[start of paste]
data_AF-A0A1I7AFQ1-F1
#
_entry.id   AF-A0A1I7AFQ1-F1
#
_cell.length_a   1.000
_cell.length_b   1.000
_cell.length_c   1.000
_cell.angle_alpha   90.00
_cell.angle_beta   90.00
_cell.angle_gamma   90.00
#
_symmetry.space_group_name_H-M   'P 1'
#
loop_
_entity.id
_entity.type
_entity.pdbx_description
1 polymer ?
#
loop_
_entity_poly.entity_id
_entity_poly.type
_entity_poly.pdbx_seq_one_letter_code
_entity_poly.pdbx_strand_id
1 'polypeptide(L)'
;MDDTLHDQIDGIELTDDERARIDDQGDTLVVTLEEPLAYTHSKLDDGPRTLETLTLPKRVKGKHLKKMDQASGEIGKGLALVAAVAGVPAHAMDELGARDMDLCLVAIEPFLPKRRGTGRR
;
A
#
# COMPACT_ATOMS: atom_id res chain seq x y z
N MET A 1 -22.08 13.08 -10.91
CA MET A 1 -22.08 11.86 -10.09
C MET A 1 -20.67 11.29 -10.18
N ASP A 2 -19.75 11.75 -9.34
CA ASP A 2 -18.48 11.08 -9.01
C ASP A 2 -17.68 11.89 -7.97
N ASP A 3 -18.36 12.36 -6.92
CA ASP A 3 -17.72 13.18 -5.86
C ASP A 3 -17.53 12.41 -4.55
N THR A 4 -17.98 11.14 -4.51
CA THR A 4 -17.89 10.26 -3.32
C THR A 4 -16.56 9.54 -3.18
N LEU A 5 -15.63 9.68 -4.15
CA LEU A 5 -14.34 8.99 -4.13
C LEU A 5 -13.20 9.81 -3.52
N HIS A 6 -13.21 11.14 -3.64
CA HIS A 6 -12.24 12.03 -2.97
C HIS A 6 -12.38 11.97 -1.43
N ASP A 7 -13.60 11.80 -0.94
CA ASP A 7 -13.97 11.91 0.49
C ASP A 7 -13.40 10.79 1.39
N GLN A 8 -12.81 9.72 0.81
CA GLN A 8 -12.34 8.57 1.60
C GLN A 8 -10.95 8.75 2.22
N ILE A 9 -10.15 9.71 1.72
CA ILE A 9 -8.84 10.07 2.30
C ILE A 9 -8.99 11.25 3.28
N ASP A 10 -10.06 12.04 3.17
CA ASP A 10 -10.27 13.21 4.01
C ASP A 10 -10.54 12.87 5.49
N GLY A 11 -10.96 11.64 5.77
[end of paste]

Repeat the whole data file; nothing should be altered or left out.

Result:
data_AF-A0A1I7AFQ1-F1
#
_entry.id   AF-A0A1I7AFQ1-F1
#
_cell.length_a   1.000
_cell.length_b   1.000
_cell.length_c   1.000
_cell.angle_alpha   90.00
_cell.angle_beta   90.00
_cell.angle_gamma   90.00
#
_symmetry.space_group_name_H-M   'P 1'
#
loop_
_entity.id
_entity.type
_entity.pdbx_description
1 polymer ?
#
loop_
_entity_poly.entity_id
_entity_poly.type
_entity_poly.pdbx_seq_one_letter_code
_entity_poly.pdbx_strand_id
1 'polypeptide(L)'
;MDDTLHDQIDGIELTDDERARIDDQGDTLVVTLEEPLAYTHSKLDDGPRTLETLTLPKRVKGKHLKKMDQASGEIGKGLALVAAVAGVPAHAMDELGARDMDLCLVAIEPFLPKRRGTGRR
;
A
#
# COMPACT_ATOMS: atom_id res chain seq x y z
N MET A 1 -22.08 13.08 -10.91
CA MET A 1 -22.08 11.86 -10.09
C MET A 1 -20.67 11.29 -10.18
N ASP A 2 -19.75 11.75 -9.34
CA ASP A 2 -18.48 11.08 -9.01
C ASP A 2 -17.68 11.89 -7.97
N ASP A 3 -18.36 12.36 -6.92
CA ASP A 3 -17.72 13.18 -5.86
C ASP A 3 -17.53 12.41 -4.55
N THR A 4 -17.98 11.14 -4.51
CA THR A 4 -17.89 10.26 -3.32
C THR A 4 -16.56 9.54 -3.18
N LEU A 5 -15.63 9.68 -4.15
CA LEU A 5 -14.34 8.99 -4.13
C LEU A 5 -13.20 9.81 -3.52
N HIS A 6 -13.21 11.14 -3.64
CA HIS A 6 -12.24 12.03 -2.97
C HIS A 6 -12.38 11.97 -1.43
N ASP A 7 -13.60 11.80 -0.94
CA ASP A 7 -13.97 11.91 0.49
C ASP A 7 -13.40 10.79 1.39
N GLN A 8 -12.81 9.72 0.81
CA GLN A 8 -12.34 8.57 1.60
C GLN A 8 -10.95 8.75 2.22
N ILE A 9 -10.15 9.71 1.72
CA ILE A 9 -8.84 10.07 2.30
C ILE A 9 -8.99 11.25 3.28
N ASP A 10 -10.06 12.04 3.17
CA ASP A 10 -10.27 13.21 4.01
C ASP A 10 -10.54 12.87 5.49
N GLY A 11 -10.96 11.64 5.77